By Amrit Singh
Last night was a politically revealing one, though it had less to do with the Republican primary that went down in Washington (which Trump easily and expectedly won, moving him closer to clinching the GOP nomination outright), and more to do with the scene outside his rally in New Mexico.
And what a scene it was.
If you happened to be watching cable television late last night (May 24), the optics of this were gripping: Police in formation, gas-masked and silhouetted within a thick cloud of deterrent smoke which, police tweets assured, was not tear gas. (The coughs of the cable correspondents on the ground were confusing, though.) Other cops mounted horses, slowly striding downtown Albuquerque boulevards in an attempt to manage and disperse a raucous crowd that had shattered glass at the front of the Convention Center which housed Trump's rally. And police had a lot to manage with this crowd, which came in waves and increasingly raucous, a largely shirtless and seething masse screaming obscenities into TV mics, holding signs and waving Mexican flags. This was New Mexico after all. It does border Mexico, the country that, you know, may or may not pay for a wall the real-estate tycoon promises to build on the country's border before sticking them with the bill.
With Trump's presence in the state, New Mexicans had their first real media opportunity to register the anger they feel in response to the presumptive Republican nominee's remarks about Mexico, the country with an obviously outsized cultural imprint on this state that bears its name. Albuquerque is not a vibrant media center per se, and, according to the various protestor-on-the-street interviews broadcast last night, this televised closeup was their moment for expression.
What played out was a combustion of pent-up, flammable tension derived from Trump's controversial comments about undocumented Mexican immigrants at his candidacy announcement nearly a year ago, and the electric heat of nationally-televised camera lights. And sure enough, over the course of the night, the media attention seemed to fuel the fire—as coverage of the demonstration fanned out, so did the vitriol on the ground. People saw at home, and headed downtown to partake.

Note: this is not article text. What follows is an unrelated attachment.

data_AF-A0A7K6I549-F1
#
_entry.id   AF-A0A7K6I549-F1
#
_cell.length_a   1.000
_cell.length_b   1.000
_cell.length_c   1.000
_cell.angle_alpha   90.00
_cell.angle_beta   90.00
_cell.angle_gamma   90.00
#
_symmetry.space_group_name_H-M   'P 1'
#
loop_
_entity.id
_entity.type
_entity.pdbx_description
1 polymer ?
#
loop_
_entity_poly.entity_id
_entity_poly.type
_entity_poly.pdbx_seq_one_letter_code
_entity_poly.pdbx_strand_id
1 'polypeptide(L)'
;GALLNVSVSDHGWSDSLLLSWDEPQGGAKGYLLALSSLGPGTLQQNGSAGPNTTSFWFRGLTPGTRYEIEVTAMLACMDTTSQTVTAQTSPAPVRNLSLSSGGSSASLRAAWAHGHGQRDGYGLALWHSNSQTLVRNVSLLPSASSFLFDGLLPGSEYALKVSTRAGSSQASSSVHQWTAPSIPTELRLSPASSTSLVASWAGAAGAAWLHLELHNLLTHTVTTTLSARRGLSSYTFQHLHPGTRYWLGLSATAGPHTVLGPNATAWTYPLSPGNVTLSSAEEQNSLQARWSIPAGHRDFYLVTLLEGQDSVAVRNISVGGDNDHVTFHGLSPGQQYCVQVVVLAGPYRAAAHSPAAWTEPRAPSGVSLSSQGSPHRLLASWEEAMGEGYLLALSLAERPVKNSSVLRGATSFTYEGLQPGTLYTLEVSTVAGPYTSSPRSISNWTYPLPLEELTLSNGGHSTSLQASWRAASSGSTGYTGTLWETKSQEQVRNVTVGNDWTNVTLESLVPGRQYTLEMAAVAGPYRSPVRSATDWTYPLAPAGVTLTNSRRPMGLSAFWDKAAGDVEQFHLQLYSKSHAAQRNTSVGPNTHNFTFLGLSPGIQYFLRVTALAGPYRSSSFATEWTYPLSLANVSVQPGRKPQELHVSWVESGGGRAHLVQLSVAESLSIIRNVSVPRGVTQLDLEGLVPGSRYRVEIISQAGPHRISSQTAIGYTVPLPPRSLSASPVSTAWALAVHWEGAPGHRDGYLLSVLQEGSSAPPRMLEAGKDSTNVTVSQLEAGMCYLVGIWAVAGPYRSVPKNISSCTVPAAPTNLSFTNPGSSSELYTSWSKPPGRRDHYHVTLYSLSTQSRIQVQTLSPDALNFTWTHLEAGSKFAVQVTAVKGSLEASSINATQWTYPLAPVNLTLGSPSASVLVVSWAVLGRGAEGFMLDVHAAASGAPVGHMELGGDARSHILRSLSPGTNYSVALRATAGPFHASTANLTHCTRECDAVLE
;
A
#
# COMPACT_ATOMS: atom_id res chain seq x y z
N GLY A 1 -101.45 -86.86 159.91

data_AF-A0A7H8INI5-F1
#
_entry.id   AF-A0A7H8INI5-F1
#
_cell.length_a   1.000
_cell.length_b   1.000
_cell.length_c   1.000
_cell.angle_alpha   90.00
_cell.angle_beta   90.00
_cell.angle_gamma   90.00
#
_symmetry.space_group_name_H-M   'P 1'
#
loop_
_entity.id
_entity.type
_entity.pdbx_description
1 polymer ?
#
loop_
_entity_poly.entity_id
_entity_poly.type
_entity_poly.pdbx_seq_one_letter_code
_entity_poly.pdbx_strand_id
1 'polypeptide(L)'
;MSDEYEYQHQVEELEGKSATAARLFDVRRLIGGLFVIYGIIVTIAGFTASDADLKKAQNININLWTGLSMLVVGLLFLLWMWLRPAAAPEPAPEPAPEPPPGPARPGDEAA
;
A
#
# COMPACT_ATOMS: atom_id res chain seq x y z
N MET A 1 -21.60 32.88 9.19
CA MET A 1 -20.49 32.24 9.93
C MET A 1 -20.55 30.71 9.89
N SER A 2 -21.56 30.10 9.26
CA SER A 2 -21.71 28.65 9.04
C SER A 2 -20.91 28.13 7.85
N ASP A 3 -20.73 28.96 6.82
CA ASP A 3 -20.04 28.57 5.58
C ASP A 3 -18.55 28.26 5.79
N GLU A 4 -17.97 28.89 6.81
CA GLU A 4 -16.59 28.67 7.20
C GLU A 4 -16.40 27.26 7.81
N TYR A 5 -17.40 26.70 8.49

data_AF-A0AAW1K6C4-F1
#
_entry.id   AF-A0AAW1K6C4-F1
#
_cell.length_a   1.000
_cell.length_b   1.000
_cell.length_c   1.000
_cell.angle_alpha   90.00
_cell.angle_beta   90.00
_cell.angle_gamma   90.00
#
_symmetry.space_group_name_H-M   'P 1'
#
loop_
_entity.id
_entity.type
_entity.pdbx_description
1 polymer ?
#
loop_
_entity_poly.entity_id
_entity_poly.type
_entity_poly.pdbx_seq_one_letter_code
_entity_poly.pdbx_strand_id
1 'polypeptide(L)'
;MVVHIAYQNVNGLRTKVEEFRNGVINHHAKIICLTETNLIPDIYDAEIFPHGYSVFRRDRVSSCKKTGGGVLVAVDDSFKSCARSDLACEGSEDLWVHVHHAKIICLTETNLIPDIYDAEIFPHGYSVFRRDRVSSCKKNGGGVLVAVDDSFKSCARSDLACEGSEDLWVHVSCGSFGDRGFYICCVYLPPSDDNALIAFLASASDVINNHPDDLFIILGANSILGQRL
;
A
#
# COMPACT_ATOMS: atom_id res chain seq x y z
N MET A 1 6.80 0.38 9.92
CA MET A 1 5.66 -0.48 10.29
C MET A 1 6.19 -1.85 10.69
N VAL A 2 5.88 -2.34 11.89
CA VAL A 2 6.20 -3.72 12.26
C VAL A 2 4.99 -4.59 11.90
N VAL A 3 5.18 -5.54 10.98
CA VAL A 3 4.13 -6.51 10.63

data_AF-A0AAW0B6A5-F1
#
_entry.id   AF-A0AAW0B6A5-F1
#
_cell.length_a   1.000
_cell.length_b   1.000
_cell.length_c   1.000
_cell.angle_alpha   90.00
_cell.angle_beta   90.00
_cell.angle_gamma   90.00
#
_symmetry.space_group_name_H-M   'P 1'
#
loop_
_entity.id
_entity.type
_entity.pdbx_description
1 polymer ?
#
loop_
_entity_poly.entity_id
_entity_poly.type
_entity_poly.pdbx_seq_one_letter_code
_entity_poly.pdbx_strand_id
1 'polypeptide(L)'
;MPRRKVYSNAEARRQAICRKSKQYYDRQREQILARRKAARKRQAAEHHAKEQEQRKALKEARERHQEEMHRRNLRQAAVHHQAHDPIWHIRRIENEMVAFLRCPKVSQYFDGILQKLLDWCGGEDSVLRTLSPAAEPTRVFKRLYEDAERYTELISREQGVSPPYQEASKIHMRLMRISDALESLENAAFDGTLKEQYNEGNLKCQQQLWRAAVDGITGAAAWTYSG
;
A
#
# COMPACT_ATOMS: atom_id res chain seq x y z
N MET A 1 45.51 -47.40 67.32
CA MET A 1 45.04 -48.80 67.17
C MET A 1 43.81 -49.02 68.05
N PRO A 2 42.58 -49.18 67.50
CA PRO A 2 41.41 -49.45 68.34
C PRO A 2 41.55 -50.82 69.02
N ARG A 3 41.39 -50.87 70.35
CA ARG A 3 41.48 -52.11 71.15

Now, Trump rallies are often met with some form of protest, a byproduct of his incendiary campaign rhetoric. But the chaotic scene that unfolded last night was remarkable for its riotousness, similar to what we saw when the candidate's rally in Chicago descended into blood in the streets.
What both the New Mexico and Chicago rallies share in common, aside from their violence, was their remarkable locales: In Chicago, Trump chose to rally at the University of Illinois's downtown campus, a neighborhood populated largely by blacks, Latinos, international students, and one which had seen months of demonstrations over the police shooting of black teen Laquan McDonald. With his rally in New Mexico, Trump stepped into a similar cultural tinderbox.
Between the waving of Mexican flags and the violent and visible mugging for TV cameras, last night was a strong dose of political theater, underscoring the frustration and marginalization felt by certain cultural demographics. It also offered a startling and tangible premonition of what we're likely see in Cleveland, the city that will host this summer's Republican National Convention. And a city which allows open-carry gun owners.
New Mexico primary voters go to the polls on June 7th, the same day as deletage-rich California. The RNC kicks off on July 18th. I'll be there on REVOLT's behalf, and I'd beappy to hear your thoughts on how to stay safe, and how we should navigate these turbulent waters, editorially, and culturally.
_@FactsOnly is a weekly political column written by REVOLT's Chief Political Correspondent Amrit Singh, published on revolt2vote.com. The feature also exists as a daily televised segment on REVOLT Live. For more on the election on Twitter, follow @FactsOnly and @amritsingh. _